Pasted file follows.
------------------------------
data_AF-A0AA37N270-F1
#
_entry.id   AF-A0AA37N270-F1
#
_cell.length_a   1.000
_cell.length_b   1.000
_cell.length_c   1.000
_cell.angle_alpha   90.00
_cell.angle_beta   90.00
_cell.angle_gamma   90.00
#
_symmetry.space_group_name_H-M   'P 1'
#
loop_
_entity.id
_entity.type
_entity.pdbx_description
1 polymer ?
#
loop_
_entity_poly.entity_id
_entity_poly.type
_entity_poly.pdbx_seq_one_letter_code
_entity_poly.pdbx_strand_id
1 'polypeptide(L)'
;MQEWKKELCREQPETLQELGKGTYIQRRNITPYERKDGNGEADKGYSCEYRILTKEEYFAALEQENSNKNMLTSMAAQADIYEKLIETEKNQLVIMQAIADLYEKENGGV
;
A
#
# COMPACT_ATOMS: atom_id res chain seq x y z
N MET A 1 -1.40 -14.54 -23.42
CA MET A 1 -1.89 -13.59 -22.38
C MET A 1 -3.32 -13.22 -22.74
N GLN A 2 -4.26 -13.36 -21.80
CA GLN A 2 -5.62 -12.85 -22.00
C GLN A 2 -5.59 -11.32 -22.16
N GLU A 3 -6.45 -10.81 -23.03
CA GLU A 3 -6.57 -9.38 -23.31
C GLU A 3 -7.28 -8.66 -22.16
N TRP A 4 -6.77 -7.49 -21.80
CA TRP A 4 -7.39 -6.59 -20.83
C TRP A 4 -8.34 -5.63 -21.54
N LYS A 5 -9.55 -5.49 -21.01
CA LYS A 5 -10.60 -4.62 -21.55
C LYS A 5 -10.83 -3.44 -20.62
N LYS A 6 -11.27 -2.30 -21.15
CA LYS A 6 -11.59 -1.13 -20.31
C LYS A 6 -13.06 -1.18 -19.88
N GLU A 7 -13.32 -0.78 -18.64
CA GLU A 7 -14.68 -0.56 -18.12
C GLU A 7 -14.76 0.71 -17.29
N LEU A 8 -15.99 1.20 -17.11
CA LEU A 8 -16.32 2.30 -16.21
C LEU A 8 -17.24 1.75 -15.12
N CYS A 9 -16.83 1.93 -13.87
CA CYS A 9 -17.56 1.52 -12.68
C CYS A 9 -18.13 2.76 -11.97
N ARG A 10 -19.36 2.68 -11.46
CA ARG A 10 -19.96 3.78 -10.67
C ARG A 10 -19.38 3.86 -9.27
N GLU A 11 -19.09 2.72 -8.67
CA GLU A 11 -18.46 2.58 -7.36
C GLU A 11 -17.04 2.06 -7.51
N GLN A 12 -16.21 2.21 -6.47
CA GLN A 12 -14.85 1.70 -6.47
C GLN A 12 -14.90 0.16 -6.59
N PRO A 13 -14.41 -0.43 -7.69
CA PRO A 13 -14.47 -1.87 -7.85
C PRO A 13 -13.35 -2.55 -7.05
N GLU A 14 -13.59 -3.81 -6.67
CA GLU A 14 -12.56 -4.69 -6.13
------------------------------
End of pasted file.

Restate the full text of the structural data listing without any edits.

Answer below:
data_AF-A0AA37N270-F1
#
_entry.id   AF-A0AA37N270-F1
#
_cell.length_a   1.000
_cell.length_b   1.000
_cell.length_c   1.000
_cell.angle_alpha   90.00
_cell.angle_beta   90.00
_cell.angle_gamma   90.00
#
_symmetry.space_group_name_H-M   'P 1'
#
loop_
_entity.id
_entity.type
_entity.pdbx_description
1 polymer ?
#
loop_
_entity_poly.entity_id
_entity_poly.type
_entity_poly.pdbx_seq_one_letter_code
_entity_poly.pdbx_strand_id
1 'polypeptide(L)'
;MQEWKKELCREQPETLQELGKGTYIQRRNITPYERKDGNGEADKGYSCEYRILTKEEYFAALEQENSNKNMLTSMAAQADIYEKLIETEKNQLVIMQAIADLYEKENGGV
;
A
#
# COMPACT_ATOMS: atom_id res chain seq x y z
N MET A 1 -1.40 -14.54 -23.42
CA MET A 1 -1.89 -13.59 -22.38
C MET A 1 -3.32 -13.22 -22.74
N GLN A 2 -4.26 -13.36 -21.80
CA GLN A 2 -5.62 -12.85 -22.00
C GLN A 2 -5.59 -11.32 -22.16
N GLU A 3 -6.45 -10.81 -23.03
CA GLU A 3 -6.57 -9.38 -23.31
C GLU A 3 -7.28 -8.66 -22.16
N TRP A 4 -6.77 -7.49 -21.80
CA TRP A 4 -7.39 -6.59 -20.83
C TRP A 4 -8.34 -5.63 -21.54
N LYS A 5 -9.55 -5.49 -21.01
CA LYS A 5 -10.60 -4.62 -21.55
C LYS A 5 -10.83 -3.44 -20.62
N LYS A 6 -11.27 -2.30 -21.15
CA LYS A 6 -11.59 -1.13 -20.31
C LYS A 6 -13.06 -1.18 -19.88
N GLU A 7 -13.32 -0.78 -18.64
CA GLU A 7 -14.68 -0.56 -18.12
C GLU A 7 -14.76 0.71 -17.29
N LEU A 8 -15.99 1.20 -17.11
CA LEU A 8 -16.32 2.30 -16.21
C LEU A 8 -17.24 1.75 -15.12
N CYS A 9 -16.83 1.93 -13.87
CA CYS A 9 -17.56 1.52 -12.68
C CYS A 9 -18.13 2.76 -11.97
N ARG A 10 -19.36 2.68 -11.46
CA ARG A 10 -19.96 3.78 -10.67
C ARG A 10 -19.38 3.86 -9.27
N GLU A 11 -19.09 2.72 -8.67
CA GLU A 11 -18.46 2.58 -7.36
C GLU A 11 -17.04 2.06 -7.51
N GLN A 12 -16.21 2.21 -6.47
CA GLN A 12 -14.85 1.70 -6.47
C GLN A 12 -14.90 0.16 -6.59
N PRO A 13 -14.41 -0.43 -7.69
CA PRO A 13 -14.47 -1.87 -7.85
C PRO A 13 -13.35 -2.55 -7.05
N GLU A 14 -13.59 -3.81 -6.67
CA GLU A 14 -12.56 -4.69 -6.13